Get the Recipe
If you've ever grown your own zucchini, you've probably had the same problem I've had: There's just way too much of it. Nobody grows pounds and pounds of zucchini because they want to make great zucchini bread. Zucchini bread exists solely for the purpose of using up all that excess zucchini we get each summer. The magic of zucchini bread is that it doesn't feel forced. Nobody questions why there's zucchini in there; they just enjoy it.
Here, then, I offer a second recipe that uses up a ton of great summer zucchini without figuratively shoving it down our throats, though one might literally want to do so after tasting it.
The great thing about this zucchini-basil soup is that it cooks so darn quickly. Zucchini is a very watery vegetable, with a weak, almost spongy structure that breaks down rapidly during cooking. This is frequently an obstacle when you're preparing zucchini, but here, it's a positive: It means we can cook the zucchini until it's tender enough to blend, while retaining its bright green color for a soup that's both tasty and attractive.
I start by sautéing some leeks and celery in extra-virgin olive oil. A lot of people will tell you not to cook with extra-virgin olive oil, but, as we've seen time and time again, with mildly flavored dishes like this, sautéing in extra-virgin olive oil will make a significant difference in the final flavor.
Once the leeks and celery are tender, I add a few cloves of minced garlic, which I sauté until fragrant, then a pound and a half of zucchini. If you want to keep your relationship with overgrown zucchini pure, you can use those giant ones you find toward the end of the summer. But if you prefer a soup that tastes a little better, go for smaller, denser zucchini, which have less water and more flavor.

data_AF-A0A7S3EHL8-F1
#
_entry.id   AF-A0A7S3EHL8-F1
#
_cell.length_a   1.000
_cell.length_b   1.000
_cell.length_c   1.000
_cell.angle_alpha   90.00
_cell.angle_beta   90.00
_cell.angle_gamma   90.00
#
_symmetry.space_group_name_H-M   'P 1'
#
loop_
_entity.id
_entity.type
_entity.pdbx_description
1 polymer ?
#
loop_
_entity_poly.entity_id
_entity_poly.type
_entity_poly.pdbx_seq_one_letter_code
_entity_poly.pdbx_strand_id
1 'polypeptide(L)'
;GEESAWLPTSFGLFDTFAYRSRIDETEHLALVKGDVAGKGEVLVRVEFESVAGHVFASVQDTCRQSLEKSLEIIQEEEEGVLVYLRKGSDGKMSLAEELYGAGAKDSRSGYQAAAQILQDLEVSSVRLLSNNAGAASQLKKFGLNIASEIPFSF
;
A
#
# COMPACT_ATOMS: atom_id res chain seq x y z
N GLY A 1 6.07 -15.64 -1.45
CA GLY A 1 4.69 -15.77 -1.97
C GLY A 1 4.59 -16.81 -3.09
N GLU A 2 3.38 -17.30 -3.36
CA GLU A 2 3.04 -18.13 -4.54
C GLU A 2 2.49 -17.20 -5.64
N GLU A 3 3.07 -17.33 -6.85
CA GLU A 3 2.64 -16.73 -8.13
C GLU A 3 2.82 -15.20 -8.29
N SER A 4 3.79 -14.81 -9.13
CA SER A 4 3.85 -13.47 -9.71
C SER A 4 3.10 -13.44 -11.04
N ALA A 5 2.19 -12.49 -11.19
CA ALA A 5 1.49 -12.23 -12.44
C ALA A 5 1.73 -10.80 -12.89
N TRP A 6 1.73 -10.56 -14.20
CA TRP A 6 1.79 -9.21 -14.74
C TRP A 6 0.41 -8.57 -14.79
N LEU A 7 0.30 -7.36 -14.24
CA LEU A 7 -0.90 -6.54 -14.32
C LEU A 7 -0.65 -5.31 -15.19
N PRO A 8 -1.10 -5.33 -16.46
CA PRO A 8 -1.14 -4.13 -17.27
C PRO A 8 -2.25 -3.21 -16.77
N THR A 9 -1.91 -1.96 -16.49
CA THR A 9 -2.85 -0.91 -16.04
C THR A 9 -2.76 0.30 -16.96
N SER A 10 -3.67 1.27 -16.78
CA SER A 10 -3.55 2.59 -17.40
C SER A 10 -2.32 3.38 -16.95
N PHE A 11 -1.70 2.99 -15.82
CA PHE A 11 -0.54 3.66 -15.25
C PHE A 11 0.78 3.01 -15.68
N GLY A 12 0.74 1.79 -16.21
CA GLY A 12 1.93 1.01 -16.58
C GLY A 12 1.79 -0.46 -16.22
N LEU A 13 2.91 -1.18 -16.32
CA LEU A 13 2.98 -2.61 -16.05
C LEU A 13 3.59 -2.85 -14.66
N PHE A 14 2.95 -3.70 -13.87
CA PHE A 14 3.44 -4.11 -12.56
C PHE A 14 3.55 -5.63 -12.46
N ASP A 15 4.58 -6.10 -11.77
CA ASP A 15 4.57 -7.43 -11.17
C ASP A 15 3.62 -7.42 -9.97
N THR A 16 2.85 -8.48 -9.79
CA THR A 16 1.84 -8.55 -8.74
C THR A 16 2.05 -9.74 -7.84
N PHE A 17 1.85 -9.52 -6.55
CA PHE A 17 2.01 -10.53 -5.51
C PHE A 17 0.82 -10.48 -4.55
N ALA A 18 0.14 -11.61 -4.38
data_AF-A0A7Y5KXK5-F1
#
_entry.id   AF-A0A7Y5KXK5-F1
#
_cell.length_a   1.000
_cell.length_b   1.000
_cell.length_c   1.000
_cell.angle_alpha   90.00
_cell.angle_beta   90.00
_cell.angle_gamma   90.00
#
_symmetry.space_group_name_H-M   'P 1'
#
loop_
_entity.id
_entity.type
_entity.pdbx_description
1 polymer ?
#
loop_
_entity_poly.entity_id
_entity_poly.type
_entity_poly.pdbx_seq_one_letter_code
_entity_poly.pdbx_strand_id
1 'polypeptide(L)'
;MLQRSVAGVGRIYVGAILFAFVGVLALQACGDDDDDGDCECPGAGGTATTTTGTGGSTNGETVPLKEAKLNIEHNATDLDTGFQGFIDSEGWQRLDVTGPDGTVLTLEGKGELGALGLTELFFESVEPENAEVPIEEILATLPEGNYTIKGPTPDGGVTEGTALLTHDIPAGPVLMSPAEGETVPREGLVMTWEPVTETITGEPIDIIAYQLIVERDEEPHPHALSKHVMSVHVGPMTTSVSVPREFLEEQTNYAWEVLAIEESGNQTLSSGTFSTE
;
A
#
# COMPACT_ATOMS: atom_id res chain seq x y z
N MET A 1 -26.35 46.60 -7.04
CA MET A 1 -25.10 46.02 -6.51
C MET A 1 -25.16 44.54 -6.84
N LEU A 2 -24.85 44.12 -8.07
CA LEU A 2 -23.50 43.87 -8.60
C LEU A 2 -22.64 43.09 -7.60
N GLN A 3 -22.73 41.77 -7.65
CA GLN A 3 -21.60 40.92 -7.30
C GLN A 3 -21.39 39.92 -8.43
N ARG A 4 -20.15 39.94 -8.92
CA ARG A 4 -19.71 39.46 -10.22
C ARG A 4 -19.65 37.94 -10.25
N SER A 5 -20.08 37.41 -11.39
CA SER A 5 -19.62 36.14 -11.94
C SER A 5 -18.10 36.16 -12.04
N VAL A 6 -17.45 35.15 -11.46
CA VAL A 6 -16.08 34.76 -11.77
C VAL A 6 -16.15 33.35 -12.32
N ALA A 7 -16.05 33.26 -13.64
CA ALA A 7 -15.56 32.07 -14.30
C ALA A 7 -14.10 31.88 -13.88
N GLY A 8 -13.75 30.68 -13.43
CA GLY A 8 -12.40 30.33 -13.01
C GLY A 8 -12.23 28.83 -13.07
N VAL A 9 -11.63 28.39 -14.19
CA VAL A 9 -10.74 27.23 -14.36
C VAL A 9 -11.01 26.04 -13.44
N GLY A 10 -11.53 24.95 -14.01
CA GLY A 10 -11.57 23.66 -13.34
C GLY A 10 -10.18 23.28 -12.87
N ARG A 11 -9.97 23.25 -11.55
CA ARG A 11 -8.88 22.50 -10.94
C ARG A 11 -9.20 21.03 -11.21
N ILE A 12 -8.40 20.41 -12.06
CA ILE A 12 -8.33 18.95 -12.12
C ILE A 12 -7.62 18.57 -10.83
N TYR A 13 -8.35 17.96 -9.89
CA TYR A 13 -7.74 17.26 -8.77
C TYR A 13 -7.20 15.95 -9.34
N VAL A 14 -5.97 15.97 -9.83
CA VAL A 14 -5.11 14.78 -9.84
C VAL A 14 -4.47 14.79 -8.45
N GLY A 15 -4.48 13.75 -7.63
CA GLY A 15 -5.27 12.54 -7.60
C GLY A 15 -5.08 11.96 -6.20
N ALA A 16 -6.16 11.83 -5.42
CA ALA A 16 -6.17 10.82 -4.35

I like to add the basil in two separate batches, which produces a layered flavor. The first handful I add with the zucchini, before covering everything with water and letting it simmer until the zucchini is tender. The second handful I add right at the end, just before I purée the whole pot's worth with a handheld immersion blender.
The combination of garlic, basil, and olive oil means the soup ends up tasting deliciously like pesto, but with zucchini's mild vegetal flavor holding it together and making it a meal. Not that I couldn't sip down a bowl of straight-up pesto, mind you.
From start to finish, it takes just about 20 minutes or so. That's good news, because we're gonna need all the free time we can get to hatch creative ways to use the rest of the summer's zucchini.